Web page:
U.S. Transit System Finally Gives Real Numbers On Time To Filter Farts From Subway Cars

U.S. Transit System Finally Gives Real Numbers On Time To Filter Farts From Subway Cars

I’m pretty sure anyone who’s ever ridden on a subway, anywhere, would find this valuable information: how long can a subway car’s air filtration system filter a fart from the air? As far as I can tell, no major subway system has provided such information. Until now.

Yes, the Bay Area Rapid Transit System (BART), the system that serves the San Francisco Bay area, an area well-known for its prodigious and committed flatulators, has publicly given an official estimate regarding how long a fart will linger in a BART subway car:

So, there you go — one minute and ten seconds. This also, I believe, is the first time an official missive from a municipal mass transit system has included the word “sharted.”

The discussion seems to have stemmed from a larger discussion regarding the air filtration systems in BART cars, noting that constant airflow is crucial to preventing the spread of airborne COVID-19 viruses:

Here’s a larger version of that diagram:

Graphic: SFBART

Each car appears to have an independent HVAC unit under the car floor, which sends air into the cabin via ceiling-mounted vents. Fresh air — making up 30 per cent of the air in the car — is pulled in through exterior vents just below the car’s beltline, and is mixed with recirculated air.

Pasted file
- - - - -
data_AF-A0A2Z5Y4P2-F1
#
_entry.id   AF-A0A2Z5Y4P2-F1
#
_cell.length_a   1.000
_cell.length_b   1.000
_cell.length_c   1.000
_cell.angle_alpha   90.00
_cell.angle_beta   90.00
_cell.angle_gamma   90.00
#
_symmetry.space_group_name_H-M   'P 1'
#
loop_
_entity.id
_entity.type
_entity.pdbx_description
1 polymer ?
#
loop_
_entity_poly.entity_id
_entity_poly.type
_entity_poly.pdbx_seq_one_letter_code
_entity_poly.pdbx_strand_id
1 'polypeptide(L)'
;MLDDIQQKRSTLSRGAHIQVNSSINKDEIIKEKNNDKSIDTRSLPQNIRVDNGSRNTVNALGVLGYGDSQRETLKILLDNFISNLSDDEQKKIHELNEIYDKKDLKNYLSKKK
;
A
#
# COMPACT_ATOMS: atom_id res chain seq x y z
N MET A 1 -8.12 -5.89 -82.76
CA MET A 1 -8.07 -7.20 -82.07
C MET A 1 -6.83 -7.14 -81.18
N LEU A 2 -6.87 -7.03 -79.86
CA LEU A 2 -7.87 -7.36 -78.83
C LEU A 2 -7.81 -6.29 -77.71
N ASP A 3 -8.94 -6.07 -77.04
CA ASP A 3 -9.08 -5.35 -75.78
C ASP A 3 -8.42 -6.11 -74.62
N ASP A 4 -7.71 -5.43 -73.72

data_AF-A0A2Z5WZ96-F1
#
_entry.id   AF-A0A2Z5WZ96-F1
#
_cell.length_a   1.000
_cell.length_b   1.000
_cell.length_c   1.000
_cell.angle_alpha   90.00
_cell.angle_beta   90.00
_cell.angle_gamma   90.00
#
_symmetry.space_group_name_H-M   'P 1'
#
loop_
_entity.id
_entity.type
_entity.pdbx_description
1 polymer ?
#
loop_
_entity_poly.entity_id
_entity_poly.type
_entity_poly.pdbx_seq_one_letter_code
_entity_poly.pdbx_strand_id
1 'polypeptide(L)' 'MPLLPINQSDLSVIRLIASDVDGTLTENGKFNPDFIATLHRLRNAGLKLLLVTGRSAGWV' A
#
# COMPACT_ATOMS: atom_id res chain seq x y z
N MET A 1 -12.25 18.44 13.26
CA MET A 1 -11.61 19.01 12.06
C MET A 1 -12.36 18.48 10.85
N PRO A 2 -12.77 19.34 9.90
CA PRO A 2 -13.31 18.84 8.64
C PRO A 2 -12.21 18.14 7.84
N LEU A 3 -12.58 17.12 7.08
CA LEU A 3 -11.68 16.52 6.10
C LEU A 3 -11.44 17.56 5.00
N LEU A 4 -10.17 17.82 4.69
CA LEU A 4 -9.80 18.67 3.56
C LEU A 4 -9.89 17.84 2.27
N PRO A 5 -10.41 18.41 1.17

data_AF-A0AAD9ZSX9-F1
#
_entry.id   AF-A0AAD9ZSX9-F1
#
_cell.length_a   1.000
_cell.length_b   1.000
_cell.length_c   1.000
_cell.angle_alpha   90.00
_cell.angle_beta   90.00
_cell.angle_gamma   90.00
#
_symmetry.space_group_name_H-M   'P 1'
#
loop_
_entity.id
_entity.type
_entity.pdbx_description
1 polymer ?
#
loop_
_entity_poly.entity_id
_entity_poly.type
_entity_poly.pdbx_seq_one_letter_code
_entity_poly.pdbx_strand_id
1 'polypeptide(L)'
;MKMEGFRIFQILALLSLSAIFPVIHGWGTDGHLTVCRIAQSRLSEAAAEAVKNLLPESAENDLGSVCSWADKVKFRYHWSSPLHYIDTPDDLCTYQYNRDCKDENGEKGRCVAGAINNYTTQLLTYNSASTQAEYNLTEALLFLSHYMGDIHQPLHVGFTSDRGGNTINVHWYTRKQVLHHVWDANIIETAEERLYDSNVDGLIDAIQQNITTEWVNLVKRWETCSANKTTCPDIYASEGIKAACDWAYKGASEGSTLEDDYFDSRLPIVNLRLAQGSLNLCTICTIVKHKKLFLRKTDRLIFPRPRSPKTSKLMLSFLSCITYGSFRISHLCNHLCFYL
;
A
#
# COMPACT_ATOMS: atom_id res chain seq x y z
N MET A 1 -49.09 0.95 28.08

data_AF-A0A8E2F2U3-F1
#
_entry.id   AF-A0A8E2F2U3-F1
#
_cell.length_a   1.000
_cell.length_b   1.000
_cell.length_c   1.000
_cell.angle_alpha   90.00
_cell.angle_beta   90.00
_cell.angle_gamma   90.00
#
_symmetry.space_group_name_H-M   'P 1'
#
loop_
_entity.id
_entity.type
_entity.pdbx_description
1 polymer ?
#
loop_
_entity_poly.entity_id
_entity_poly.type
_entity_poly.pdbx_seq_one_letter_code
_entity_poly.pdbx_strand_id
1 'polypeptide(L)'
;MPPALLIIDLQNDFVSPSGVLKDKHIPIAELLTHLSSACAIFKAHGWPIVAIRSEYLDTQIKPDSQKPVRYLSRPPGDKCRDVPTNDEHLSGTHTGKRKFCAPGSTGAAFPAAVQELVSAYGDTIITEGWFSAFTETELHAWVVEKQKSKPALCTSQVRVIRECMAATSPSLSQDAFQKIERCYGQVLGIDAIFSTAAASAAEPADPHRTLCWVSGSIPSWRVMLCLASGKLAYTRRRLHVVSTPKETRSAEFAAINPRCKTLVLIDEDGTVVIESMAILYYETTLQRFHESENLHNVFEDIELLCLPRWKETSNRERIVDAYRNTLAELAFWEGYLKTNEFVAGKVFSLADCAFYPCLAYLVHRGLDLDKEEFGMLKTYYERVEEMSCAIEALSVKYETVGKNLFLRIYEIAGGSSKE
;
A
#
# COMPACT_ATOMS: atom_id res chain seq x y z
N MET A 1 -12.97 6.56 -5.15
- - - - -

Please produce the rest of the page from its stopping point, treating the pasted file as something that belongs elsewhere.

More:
This system allows for all the air in a cabin to be refreshed every 70 seconds, which, as the original tweet suggested, would carry away any lingering farts.

Of course, if the source of the stench is continual — as in the aforementioned shart situation — even with the whole cabin air being replaced every 70 seconds, it could still be contaminated by the shart material as long as its present on the car.

Photo: NASA

According to my copy of NASA’s Bioastronautics Data Book, humans can generate up to 2800 ml of farts per day, about one and a half two-litre soda bottle’s worth, but the odds of someone unloading the maximum daily volume of flatus in one go on a subway is pretty minimal. It would also probably blow them out of their seat.

Still, it’s good to have this sort of information. I guess it’s useful for COVID-19 reasons, but I like knowing how rapidly farts can be whisked out of the car.

Once, on the LA subway, a dude on the car I was on lit his hair on fire. That smell took a hell of a lot longer than 70 seconds to go away.